Have you ever read a biography and been so humbled and challenged that you feel that you could never be like that person? I’ve read quite a few biographies and it seems that the amazing men and women that dot the history of Christianity lived such amazing lives that there is nearly no chance you could imitate them. It always seems like they are learning Greek, Latin, and Hebrew by the age of 8, and enrolling in Ivy League schools by 12. Maybe their ability to preach to the hearts of men is so renowned that thousands flock to pack out the building they preach in. People are just enraptured with their powerful voice and their smooth delivery. They have mastered the English language like you cannot. Maybe its a person who made such a gigantic leap of faith and ended up founding a major missions agency. They brilliantly were able to cross cultures and organize the founding of great organizations.
I love these biographies, but they always leave me with a sense of, “There is no way I could do that.” Maybe I’m not the great preacher, the brilliant student, or the gifted administrator. There is always a feeling like they were such great individuals, that they are so unattainable by people today.
As many of you know, my wife and I are expecting our first child, and I have decided to give a tribute to someone who has meant a lot to me in my walk with God. Micah’s middle name will be ‘Owen’ after John Owen. It was Owen’s books that opened me up to older literature and writings. I always thought that I could never understand them or that they may bore me. But it was reading his works “On Temptation” and “On the Mortification of Sin in Believers” that opened me up to the riches of those who have gone before us.
Recently I have begun reading “John Owen: The Man and His Theology” and I have been struck with the sense that I could really imitate him. Here are a few details that have lead me to this conclusion. First, it wasn’t until he was 26 that he came to salvation in Christ. It was oddly similar to Charles Spurgeon’s own conversion. He just heard the text being read and surrendered his life. Knowing that he wasn’t a child prodigy, but really a late bloomer in Christ communicated a lot to me. I know that he had already gone through quite a bit of training prior to this, but it is still comforting to know that he didn’t already have all of his theology in line by the time his voice changed.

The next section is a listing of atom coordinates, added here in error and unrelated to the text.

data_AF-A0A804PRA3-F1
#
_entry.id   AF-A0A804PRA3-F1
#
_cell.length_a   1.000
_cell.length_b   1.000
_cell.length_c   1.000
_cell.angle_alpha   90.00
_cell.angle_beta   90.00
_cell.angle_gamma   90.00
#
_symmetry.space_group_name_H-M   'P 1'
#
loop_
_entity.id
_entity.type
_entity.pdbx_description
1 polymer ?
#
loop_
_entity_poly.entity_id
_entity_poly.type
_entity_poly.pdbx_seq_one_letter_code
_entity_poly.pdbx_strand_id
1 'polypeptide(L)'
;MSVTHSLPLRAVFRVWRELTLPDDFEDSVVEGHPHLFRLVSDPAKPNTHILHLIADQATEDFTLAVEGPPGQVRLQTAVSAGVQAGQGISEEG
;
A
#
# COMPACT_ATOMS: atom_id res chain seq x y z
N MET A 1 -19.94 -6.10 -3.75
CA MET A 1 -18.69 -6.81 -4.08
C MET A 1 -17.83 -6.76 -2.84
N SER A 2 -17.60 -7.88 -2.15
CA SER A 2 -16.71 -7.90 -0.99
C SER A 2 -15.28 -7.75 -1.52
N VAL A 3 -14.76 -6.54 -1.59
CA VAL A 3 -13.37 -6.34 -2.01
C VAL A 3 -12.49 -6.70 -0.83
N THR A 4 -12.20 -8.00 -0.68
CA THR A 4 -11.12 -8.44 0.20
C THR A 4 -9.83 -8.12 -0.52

He basically had two things that absolutely pervaded his theology. The first was a magnificent theology of Christ. The last book he wrote was the “Glory of Christ”. He was actually visited by the publisher on his death bed and had this to say: “The long wished-for day is come at last, in which I shall see the glory in another manner than I have ever done, or was capable of doing in this world.” Later that day, he passed away.
He was also a great defender of Trinitarian theology. He thought that all external acts of God involve all three persons of the Godhead, battling Modalism. His thought preserves the consubstantiality of the persons while explaining their economic differences and, in the case of the Son, his functional subordination to the Father.
I’m looking forward to not only finishing this book, but also being able to read “The Glory of Christ” and “The Holy Spirit”. First I plan on re-reading “The Mortification of Sin in Believers” in preparation for our high school winter camp. And if I have time, “On Temptation”. Did you know that “The Mortification of Sin in Believers” was written as a message for students? Sinclair Ferguson says, “These were, essentially, addresses to teenagers! He did not view the materials as the strong meat for well-tried Christians we see it as. Rather it was basic milk, foundational priciples for every Christian believer. It is a sign of the times that we find “The Mortification of Sin” nourishment for serious spiritual athletes!”
John Piper gives the challenge to each believer, and especially those in ministry, to adopt one older writer who has already passed into glory. Obviously Piper’s is Jonathan Edwards. Awhile ago I chose John Owen as mine. It is hard to believe that as of the 1960’s, hardly anyone would have heard of John Owen, and now he is considered the greatest theologian in English history. So if you do not have someone that you have adopted, I challenge you to adopt Mr. John Owen.